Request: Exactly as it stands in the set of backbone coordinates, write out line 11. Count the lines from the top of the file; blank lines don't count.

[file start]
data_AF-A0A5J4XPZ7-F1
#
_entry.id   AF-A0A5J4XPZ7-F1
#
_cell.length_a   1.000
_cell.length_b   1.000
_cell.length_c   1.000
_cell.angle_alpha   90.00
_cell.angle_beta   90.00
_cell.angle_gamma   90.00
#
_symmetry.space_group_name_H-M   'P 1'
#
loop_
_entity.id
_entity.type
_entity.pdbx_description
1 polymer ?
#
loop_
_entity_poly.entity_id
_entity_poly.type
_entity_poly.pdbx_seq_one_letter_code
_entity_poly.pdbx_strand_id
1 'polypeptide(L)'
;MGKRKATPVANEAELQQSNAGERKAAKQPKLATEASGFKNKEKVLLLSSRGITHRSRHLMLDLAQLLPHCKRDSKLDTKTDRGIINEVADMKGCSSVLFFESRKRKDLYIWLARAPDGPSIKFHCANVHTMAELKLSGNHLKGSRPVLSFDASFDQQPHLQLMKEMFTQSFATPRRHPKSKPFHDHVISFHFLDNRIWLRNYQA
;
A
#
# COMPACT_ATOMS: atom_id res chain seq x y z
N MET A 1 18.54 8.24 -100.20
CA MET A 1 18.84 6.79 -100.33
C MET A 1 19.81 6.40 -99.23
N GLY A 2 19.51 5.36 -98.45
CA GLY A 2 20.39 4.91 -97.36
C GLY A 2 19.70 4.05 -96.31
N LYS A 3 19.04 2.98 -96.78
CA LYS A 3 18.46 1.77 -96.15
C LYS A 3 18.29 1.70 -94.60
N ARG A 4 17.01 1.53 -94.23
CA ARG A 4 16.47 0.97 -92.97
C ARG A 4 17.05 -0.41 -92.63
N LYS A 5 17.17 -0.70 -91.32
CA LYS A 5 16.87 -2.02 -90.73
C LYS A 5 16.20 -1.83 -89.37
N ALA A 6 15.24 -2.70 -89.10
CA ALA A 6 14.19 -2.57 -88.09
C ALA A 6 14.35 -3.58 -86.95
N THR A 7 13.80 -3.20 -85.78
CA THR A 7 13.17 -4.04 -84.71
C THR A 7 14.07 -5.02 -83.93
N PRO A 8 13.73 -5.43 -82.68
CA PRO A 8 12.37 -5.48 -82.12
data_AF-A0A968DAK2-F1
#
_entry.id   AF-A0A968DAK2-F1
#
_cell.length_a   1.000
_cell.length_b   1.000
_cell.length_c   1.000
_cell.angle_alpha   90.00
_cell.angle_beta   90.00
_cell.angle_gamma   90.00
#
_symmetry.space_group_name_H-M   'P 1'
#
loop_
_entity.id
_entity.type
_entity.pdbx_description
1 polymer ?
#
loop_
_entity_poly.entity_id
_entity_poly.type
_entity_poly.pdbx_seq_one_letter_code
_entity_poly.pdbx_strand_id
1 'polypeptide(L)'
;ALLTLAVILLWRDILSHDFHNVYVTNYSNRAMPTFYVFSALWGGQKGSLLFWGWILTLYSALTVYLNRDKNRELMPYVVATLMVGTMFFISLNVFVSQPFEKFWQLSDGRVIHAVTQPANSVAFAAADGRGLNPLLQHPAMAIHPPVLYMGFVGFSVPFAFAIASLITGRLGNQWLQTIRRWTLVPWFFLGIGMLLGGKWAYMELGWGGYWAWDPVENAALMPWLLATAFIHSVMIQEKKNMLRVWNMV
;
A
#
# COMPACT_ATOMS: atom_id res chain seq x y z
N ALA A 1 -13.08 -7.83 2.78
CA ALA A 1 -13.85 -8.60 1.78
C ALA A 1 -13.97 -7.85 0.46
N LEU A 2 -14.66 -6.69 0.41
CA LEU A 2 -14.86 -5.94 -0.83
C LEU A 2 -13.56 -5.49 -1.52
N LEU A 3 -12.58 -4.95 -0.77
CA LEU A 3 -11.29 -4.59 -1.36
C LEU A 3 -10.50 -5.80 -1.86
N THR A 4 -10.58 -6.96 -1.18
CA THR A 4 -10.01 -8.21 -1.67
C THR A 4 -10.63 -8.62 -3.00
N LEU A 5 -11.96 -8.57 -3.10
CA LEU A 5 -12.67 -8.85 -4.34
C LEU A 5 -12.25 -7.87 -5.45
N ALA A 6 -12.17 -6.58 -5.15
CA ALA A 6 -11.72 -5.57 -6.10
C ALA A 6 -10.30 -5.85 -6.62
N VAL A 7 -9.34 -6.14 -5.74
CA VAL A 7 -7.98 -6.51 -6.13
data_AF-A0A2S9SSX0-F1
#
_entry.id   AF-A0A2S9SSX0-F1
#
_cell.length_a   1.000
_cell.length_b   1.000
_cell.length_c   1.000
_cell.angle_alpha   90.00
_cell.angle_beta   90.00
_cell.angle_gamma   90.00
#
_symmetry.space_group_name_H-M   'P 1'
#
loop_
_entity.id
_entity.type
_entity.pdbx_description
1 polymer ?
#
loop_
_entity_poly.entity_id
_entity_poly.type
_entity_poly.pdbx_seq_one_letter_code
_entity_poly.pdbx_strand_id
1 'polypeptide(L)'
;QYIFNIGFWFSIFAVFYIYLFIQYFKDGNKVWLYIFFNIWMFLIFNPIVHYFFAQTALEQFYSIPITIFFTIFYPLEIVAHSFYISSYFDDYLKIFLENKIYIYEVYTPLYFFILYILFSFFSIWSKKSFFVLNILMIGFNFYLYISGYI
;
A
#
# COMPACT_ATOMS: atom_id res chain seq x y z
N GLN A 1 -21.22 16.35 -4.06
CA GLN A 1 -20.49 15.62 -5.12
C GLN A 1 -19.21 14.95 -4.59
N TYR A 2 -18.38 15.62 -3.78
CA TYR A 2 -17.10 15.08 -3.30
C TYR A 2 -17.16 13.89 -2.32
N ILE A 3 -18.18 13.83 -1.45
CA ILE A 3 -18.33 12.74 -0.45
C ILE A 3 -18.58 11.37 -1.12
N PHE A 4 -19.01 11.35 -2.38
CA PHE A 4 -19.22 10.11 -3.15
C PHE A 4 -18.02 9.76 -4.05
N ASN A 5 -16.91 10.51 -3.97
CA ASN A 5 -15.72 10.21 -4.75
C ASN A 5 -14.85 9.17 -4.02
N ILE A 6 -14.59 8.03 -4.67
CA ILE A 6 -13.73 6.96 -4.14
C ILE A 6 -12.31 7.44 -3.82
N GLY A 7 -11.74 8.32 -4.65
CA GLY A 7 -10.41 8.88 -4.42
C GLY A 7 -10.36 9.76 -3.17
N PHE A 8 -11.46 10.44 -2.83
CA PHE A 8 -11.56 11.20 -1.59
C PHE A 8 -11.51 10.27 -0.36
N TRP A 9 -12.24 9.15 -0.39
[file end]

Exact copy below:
#